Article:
Obama Wins: What Does this Mean For the Business Owner?

This isn’t a political post and it isn’t just about President Obama’s re-election.  It’s also about the Republicans retaining control of the House and the Democrats retaining control of the Senate.  The net result is more of the same, so what does that mean for the business owner?

Now Is The Time To Sell

Between now and December 31st is prime time to sell your business or an interest in your business.  Why?  8.8%.

As things currently stand, the healthcare law’s 3.8% Medicare surtax on dividends, interest, and net capital gains goes into effect next year.  In addition, the top capital gains rate is set to increase from 15% to 20%.  This means a net loss to you of 8.8% in income taxes by selling next year instead of this year.

This doesn’t leave much time to realize those savings if you haven’t already started the process.

Now is this set in stone?  No.  The likely scenario isn’t as stark as this.  The healthcare surtax isn’t going anywhere but my guess is that the lame duck Congress will kick the 5% capital gains increase down the road along with the automatic spending cuts.  So come January 1st, you only lose the 3.8% surtax.

However, at some point around mid-year or possibly at the end of the year, that 5% will capital gains tax increase will come into effect.  There is just not enough interest to prevent that from happening given the current fiscal situation.

Finding a buyer often isn’t a quick or easy process.  My advice: if you are looking at selling your business or even a small interest in a company, now is the time to start.  The quicker you close the deal, the less of a hit you will take.

The S-Corp May Not Be All You Thought It Was

One of the biggest attractions, especially for toilers or people who work for their business in addition to owning it, is the S-Corp’s ability to limit the self-employment tax impact.  As long as the toiler receives a reasonable salary, the S-Corp can distribute the excess profit via dividends without incurring self-employment taxes.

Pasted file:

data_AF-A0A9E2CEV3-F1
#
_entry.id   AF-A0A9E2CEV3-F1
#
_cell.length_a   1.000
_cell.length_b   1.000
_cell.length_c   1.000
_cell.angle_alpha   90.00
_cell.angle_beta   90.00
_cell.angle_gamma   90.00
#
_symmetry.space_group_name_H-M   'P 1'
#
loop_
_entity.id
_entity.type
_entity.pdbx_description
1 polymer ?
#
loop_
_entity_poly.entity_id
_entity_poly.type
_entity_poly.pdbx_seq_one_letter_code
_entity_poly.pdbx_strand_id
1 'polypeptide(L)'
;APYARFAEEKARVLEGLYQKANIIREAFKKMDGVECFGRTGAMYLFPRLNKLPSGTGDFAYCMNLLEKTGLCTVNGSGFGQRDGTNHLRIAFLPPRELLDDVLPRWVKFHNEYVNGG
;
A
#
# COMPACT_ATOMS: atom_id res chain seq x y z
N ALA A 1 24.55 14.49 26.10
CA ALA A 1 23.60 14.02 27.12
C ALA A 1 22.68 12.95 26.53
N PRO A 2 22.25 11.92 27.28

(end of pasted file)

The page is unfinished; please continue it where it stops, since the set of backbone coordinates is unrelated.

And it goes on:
At some point there will be a deal between Democrats and Republicans to resolve the “fiscal cliff” whether it occurs in the next couple of months or sometime next year.  The resolution will likely involve a compromise that raises taxes and cuts spending.  This S-Corp “loophole” is a prime target for both sides for a few of reasons.  The subject has been on the radar for years so it is ripe.  It only affects companies that qualify for S-status which means they tend to be small private companies, not large public companies.  It’s also inconsistent with the partnership treatment for pass through LLC interests although the intent of that section is to allow partnership treatment in a corporate structure.

My advice: limiting self-employment taxes should be a very small consideration in evaluating S-Corp’s during the choice of entity analysis for new ventures.  It’s easy to get in but hard to get out.  Legally, S-corps are easy to convert but the tax impact can be very complex and require re-characterization of transactions over years.  On the other hand, electing and converting to S-corp status for an existing company is a relatively simple process.  Wait for a resolution to the “fiscal cliff” issues before making that decision or consider an alternative structure.

Bryan Willis

Bryan Willis

Bryan Willis is a Tyler lawyer who represents clients in the areas of Divorce, Probate, and Business Law.
Bryan Willis

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